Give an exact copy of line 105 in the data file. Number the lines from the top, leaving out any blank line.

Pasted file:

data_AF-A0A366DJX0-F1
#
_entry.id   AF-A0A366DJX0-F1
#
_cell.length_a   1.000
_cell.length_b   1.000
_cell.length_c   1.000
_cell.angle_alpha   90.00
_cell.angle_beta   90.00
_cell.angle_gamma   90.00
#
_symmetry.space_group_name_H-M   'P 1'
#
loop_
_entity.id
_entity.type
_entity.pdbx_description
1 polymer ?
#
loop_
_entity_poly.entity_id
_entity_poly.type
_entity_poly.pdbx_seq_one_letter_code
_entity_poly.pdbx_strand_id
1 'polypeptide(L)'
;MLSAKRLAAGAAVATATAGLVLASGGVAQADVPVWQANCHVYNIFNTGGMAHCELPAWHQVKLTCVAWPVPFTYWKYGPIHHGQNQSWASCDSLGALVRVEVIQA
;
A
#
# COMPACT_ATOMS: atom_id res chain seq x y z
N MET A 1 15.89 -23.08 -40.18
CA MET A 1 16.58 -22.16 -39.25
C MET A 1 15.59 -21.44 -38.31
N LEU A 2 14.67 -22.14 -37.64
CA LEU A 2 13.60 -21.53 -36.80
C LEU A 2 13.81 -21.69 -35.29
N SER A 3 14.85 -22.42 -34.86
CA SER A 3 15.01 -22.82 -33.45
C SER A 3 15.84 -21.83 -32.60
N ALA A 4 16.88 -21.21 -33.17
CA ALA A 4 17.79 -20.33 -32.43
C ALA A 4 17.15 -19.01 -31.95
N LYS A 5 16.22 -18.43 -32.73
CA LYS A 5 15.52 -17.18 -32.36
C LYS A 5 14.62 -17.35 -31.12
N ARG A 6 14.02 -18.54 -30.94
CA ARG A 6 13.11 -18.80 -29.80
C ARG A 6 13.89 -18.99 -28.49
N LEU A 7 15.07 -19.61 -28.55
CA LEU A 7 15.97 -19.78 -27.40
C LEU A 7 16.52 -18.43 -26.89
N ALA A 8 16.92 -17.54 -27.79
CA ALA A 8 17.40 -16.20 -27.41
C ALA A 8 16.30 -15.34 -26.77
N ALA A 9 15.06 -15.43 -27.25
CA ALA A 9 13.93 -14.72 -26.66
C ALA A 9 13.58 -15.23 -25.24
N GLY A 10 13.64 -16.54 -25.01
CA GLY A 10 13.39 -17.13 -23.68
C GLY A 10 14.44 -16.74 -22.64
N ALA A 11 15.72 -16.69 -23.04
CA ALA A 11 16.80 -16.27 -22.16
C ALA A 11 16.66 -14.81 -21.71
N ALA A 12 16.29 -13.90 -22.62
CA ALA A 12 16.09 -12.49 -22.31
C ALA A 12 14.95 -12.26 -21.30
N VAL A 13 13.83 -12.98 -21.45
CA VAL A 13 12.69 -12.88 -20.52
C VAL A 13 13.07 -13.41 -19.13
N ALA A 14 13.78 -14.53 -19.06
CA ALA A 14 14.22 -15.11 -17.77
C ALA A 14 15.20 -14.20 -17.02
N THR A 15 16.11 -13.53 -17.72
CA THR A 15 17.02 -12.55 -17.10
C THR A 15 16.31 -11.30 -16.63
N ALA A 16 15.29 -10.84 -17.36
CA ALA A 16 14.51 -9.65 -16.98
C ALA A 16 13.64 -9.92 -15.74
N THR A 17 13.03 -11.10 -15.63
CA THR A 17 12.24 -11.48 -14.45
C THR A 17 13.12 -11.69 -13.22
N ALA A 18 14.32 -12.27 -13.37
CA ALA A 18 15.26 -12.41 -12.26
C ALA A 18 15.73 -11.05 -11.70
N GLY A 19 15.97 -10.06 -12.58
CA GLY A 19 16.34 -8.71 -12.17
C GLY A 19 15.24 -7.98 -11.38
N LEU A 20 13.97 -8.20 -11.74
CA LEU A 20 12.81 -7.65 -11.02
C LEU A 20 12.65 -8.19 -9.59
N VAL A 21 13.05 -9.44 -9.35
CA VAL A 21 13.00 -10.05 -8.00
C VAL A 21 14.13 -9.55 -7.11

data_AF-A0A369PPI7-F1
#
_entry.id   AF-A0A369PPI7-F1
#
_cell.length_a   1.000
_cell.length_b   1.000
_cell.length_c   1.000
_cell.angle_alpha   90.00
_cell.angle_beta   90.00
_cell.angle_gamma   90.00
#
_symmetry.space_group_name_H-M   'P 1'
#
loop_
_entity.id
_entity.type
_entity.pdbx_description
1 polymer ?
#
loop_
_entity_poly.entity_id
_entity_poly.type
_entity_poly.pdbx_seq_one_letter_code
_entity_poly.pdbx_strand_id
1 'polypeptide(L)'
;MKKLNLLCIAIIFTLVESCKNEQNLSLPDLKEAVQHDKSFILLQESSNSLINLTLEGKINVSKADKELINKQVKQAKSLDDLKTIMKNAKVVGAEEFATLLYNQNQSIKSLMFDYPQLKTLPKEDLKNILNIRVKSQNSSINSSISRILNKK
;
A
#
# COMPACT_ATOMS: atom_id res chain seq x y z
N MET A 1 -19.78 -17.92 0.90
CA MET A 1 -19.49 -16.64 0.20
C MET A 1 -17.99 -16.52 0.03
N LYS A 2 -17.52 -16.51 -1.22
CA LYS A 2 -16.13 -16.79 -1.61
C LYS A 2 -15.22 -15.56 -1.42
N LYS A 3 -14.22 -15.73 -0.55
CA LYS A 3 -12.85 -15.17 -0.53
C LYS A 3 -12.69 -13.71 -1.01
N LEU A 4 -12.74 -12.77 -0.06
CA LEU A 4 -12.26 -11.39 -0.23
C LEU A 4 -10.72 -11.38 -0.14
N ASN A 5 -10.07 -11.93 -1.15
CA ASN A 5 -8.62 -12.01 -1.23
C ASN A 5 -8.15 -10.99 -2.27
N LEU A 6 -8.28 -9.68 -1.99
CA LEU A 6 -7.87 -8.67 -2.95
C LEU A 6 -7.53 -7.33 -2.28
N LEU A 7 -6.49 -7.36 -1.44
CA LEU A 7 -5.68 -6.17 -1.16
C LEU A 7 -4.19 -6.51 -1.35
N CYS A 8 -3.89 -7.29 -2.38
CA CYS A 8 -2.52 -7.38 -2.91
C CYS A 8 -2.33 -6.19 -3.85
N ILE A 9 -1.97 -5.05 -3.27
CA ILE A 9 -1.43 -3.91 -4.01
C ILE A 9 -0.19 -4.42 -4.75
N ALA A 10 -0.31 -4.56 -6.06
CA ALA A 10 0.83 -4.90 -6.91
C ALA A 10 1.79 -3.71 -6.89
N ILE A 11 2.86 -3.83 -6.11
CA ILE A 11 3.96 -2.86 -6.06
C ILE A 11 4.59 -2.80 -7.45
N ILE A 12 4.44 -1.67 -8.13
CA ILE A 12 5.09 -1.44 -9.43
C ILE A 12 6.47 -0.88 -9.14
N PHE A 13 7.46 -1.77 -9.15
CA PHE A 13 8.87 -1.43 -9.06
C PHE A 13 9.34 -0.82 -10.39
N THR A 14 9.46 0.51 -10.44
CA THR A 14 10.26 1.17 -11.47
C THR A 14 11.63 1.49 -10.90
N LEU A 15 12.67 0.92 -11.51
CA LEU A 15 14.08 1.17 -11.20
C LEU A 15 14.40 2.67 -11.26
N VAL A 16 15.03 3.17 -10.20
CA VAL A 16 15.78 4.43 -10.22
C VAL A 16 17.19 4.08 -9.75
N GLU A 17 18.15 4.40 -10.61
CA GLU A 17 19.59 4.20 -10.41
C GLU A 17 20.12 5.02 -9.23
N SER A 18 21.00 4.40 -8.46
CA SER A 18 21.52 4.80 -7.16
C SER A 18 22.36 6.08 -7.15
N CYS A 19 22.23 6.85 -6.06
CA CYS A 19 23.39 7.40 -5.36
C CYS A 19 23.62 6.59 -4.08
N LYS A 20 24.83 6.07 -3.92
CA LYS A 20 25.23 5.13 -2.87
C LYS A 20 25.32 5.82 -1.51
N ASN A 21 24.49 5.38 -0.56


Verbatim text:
_symmetry.space_group_name_H-M   'P 1'